Summary: We may relate to each of the characters in the story of the prodigal, but we are called to become the father.

Feeling unappreciated – “you never gave me even one young goat for a feast with my friends.”

Jealous of the party boy

Resentful at God’s grace for others

Wooed by the father

Joining the party

The Father

Stung by the younger son’s rejection and demands

Afraid for his well-being

Longing for his return

Rejoicing at his return

Running to him with fear & joy

Giving joyful grace and forgiveness

Throwing a party

Inviting the older son to join in joy

Rebuilding relationships

“Father, you know me in and out, you know where I’m at. I confess I feel like the ___________ when he _________________. … What is your word for me today? …”

I want you to stay there with God, but I also want to push you further.

We need to know where we are with God, but we need to know where he is calling us to be as well.

One of the things that Nouwen’s book did for me when I read it a few years ago was to open my eyes not just to relating to the prodigal son, or the older brother, or even just relating to the father, but it was his second last chapter called “Becoming The Father” that opened my eyes and heart to the call on our lives to be the father. It isn’t enough to find our story, our past, and possibly our present in the characters of the sons or even the father, we need to find our future in the character of the father.

This is what Nouwen writes:

“Though I am both the younger son and the elder son, I am not to remain them, but to become the Father. No father or mother ever became father or mother without having been son or daughter, but every son and daughter has to consciously choose to step beyond their childhood and become father and mother for others. It is a hard and lonely step to take - especially in a period of history in which parenthood is so hard to live well - but it is a step that is essential for the fulfillment of the spiritual journey.”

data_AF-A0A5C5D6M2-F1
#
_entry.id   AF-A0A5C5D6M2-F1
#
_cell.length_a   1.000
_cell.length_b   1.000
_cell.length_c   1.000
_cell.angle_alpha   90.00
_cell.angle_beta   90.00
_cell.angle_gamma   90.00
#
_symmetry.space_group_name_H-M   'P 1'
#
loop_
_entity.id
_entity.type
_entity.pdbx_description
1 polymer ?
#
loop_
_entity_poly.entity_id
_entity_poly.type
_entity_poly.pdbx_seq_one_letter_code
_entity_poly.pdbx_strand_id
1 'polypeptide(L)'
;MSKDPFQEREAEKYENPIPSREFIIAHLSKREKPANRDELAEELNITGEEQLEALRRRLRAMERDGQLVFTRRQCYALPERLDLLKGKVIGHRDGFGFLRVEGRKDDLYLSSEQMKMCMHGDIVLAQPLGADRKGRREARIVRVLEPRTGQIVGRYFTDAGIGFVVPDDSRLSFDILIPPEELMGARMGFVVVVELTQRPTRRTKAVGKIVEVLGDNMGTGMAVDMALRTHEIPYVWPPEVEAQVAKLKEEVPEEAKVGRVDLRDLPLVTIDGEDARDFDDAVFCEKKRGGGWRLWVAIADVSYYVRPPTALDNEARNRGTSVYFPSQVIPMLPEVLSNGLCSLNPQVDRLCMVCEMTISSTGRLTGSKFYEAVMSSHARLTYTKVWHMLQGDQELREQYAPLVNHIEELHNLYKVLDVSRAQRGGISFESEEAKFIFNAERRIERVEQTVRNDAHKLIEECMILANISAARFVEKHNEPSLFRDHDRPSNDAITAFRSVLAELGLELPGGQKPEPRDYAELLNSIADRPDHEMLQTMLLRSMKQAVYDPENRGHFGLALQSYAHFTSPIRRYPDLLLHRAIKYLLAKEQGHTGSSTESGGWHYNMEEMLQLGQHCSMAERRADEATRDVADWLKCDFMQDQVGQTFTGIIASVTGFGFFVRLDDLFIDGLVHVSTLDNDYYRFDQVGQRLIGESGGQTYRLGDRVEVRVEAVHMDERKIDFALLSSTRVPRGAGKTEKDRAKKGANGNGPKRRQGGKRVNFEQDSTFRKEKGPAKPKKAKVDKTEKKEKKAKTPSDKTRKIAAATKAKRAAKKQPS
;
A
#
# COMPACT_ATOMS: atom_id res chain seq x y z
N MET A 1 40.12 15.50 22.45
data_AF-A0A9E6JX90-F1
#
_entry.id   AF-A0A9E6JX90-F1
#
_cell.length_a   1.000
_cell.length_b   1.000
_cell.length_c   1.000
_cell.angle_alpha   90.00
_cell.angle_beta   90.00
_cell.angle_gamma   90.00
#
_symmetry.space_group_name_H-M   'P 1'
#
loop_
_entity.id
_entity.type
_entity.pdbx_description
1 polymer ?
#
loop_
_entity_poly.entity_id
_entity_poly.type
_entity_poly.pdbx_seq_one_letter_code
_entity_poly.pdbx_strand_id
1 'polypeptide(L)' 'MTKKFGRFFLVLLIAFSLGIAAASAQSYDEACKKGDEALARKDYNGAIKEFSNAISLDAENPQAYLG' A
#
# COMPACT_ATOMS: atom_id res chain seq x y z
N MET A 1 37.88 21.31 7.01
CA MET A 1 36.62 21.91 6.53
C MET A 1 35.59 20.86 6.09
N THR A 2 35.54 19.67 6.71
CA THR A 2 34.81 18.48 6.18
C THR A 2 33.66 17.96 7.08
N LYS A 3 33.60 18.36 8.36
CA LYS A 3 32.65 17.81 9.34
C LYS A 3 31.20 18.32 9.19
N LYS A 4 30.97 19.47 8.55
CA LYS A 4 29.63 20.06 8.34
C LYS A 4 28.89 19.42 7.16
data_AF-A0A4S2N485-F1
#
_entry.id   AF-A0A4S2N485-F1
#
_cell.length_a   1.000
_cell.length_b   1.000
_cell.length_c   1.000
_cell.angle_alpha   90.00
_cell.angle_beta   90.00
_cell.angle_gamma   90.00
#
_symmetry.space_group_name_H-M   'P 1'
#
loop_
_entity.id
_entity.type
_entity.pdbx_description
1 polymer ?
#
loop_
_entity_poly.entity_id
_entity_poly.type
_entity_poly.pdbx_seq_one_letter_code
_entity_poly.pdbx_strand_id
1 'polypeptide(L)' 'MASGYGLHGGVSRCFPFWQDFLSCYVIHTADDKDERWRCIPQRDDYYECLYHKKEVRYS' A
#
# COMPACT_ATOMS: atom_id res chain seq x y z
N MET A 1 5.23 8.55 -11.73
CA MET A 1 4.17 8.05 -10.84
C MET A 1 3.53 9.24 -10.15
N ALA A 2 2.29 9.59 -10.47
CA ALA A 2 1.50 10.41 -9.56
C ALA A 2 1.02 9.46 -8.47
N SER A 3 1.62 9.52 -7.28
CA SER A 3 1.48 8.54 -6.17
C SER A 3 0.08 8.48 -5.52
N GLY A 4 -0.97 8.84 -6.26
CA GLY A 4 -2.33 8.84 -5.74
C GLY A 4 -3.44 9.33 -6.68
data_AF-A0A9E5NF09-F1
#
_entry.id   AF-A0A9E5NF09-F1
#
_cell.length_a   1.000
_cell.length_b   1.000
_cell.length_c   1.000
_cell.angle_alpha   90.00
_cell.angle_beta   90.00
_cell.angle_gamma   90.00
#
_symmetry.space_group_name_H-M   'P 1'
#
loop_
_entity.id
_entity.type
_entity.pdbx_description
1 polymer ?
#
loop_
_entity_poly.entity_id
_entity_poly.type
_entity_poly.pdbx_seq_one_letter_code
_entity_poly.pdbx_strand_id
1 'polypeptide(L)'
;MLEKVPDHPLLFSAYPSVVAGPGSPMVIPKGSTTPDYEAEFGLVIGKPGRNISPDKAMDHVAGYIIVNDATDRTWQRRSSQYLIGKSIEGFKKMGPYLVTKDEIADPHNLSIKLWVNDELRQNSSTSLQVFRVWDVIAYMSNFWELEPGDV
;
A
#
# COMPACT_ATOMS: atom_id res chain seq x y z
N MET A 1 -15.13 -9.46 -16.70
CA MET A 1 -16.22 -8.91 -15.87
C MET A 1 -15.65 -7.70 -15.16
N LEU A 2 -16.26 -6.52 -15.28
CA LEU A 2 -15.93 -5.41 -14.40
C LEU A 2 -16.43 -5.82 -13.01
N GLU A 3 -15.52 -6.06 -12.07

He goes on to write…

“I am amazed at how long it has taken me to make the father the center of my attention. It was so easy to identify with the two sons. Their outer and inner waywardness is so understandable and so profoundly human that identification happens almost spontaneously as soon as the connections are pointed out. For a long time I had identified myself so fully with the younger son that it did not even occur to me that I might be more like the elder. But as soon as a friend said, " Aren’t you the elder son in the story?" it was hard to see anything else. Seemingly, we all participate to a greater or lesser degree in all the forms of human brokenness. Neither greed nor anger, neither lust nor resentment, neither frivolity nor jealousy are completely absent from anyone of us. Our human brokenness can be acted out in many ways, but there is no offense, crime, or war that does not have its seeds in our own hearts.”

“But what of the father? Why pay so much attention to the sons when it is the father who is in the center and when it is the father with whom I am to identify? Why talk so much about being like the sons when the real question is: Are you interested in being like the father? It feels somehow good to be able to say: "These sons are like me." It gives a sense of being understood. But how does it feel to say: "The father is like me"? Do I want to be like the father? Do I want to be not just the one who is being forgiven, but also the one who forgives; not just the one who is being welcomed home, but also the one who welcomes home; not just the one who receives compassion, but the one who offers it as well?

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